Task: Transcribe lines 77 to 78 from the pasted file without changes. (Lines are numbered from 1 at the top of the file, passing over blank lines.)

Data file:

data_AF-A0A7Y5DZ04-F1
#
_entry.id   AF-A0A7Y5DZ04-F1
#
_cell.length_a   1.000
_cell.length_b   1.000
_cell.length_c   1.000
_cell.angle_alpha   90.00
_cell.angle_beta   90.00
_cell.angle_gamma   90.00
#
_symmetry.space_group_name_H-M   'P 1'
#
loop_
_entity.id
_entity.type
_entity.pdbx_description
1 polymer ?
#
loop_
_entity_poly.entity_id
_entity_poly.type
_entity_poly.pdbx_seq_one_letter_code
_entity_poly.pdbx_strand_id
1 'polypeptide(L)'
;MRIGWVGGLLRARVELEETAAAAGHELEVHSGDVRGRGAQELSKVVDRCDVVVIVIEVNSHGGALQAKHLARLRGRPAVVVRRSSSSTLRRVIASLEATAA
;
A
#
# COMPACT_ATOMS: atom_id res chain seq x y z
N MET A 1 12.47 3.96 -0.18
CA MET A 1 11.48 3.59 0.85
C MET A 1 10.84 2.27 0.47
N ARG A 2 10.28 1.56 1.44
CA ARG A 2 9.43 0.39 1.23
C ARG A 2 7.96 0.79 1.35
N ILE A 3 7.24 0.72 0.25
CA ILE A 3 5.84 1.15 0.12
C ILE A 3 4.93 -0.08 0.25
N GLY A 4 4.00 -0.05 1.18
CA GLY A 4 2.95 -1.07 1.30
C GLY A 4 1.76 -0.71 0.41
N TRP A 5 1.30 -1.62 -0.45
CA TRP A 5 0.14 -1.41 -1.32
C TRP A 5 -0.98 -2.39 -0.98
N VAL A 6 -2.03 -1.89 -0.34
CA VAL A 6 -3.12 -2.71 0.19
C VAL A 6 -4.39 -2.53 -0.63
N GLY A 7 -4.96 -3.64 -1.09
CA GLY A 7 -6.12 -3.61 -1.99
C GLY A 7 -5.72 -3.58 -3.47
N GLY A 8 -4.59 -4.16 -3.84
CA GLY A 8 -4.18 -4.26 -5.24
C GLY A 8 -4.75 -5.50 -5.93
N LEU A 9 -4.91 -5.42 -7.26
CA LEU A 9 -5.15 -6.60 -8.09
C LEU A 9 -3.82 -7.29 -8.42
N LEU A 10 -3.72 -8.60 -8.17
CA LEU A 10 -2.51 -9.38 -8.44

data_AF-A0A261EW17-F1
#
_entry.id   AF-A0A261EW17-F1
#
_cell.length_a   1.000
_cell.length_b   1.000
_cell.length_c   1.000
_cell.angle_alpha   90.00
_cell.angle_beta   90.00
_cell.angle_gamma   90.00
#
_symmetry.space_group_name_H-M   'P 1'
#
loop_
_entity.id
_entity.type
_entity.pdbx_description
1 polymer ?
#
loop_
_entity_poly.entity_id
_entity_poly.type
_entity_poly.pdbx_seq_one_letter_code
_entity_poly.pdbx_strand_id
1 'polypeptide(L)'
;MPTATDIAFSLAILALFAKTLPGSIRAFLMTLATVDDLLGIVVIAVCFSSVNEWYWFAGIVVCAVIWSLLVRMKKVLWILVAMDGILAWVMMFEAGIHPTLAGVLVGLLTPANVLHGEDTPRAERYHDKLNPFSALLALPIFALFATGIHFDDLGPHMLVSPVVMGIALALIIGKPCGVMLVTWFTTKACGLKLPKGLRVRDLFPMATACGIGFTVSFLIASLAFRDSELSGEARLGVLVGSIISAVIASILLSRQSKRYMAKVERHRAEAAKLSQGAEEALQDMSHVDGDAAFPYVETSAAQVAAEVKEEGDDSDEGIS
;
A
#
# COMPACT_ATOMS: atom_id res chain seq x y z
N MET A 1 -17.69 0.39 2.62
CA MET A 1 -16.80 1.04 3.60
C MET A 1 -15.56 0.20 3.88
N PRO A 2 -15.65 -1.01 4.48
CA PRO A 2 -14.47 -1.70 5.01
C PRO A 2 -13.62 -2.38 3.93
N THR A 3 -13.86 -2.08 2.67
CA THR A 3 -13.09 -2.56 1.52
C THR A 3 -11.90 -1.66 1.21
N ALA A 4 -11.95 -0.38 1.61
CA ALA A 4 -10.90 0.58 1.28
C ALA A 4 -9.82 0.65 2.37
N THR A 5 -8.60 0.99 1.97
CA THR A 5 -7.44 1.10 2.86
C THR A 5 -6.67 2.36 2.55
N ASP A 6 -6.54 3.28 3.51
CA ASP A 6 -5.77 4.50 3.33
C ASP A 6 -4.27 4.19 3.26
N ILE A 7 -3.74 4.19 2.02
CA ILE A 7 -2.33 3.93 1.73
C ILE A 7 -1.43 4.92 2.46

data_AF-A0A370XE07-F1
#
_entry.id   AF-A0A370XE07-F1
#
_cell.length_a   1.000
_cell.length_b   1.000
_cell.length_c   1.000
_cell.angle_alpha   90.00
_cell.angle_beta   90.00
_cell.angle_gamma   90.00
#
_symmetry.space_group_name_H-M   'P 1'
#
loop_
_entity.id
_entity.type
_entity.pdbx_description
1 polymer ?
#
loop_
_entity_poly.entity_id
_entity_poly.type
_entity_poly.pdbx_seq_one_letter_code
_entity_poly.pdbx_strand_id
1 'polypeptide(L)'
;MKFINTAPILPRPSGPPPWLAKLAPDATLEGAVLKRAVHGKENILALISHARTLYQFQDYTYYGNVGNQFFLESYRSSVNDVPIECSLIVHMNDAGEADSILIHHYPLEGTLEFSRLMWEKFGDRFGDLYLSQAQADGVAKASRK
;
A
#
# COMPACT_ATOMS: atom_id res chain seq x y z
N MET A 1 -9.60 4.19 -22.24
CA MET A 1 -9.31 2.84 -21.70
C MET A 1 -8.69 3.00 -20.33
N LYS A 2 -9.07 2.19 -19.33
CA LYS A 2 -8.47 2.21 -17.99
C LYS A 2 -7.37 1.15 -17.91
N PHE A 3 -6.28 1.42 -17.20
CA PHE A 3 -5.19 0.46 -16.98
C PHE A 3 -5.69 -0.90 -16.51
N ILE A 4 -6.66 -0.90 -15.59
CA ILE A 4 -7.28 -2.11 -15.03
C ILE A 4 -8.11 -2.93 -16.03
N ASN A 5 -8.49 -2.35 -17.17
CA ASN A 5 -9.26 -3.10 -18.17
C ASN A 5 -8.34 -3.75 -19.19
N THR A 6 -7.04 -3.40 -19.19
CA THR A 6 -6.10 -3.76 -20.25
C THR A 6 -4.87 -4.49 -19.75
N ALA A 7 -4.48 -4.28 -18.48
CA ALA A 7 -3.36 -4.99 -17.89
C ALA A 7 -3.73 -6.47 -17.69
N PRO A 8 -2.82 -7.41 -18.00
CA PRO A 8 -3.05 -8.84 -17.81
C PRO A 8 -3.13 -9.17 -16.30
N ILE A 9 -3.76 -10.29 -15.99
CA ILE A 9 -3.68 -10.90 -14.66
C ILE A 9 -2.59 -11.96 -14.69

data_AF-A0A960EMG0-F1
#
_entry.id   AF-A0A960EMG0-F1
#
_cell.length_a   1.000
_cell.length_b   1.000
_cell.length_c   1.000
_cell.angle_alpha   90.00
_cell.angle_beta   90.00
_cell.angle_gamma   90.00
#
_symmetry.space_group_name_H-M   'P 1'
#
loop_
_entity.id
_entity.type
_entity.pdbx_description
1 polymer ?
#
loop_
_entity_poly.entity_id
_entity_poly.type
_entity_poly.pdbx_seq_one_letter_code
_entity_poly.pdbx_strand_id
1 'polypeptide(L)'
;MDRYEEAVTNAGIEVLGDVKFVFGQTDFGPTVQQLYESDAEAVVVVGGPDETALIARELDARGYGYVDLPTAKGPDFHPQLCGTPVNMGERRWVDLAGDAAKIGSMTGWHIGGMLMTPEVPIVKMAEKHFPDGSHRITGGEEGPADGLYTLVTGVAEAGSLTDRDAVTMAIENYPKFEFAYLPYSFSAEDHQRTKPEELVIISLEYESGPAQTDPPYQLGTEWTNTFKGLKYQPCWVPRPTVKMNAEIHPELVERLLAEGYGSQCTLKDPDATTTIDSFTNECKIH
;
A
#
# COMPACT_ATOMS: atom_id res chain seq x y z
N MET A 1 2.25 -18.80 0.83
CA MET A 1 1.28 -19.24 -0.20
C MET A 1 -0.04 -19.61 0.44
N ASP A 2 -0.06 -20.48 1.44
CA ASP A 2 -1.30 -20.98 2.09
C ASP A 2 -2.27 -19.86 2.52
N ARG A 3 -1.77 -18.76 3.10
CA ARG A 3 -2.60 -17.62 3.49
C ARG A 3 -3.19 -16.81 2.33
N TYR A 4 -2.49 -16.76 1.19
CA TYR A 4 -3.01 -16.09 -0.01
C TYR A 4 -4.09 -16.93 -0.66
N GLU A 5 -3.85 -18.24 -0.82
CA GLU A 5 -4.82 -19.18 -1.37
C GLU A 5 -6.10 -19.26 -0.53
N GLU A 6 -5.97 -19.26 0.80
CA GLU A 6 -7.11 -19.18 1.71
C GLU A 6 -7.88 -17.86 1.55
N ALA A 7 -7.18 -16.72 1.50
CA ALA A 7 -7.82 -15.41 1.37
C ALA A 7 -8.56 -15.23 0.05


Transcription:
1 polymer ?
#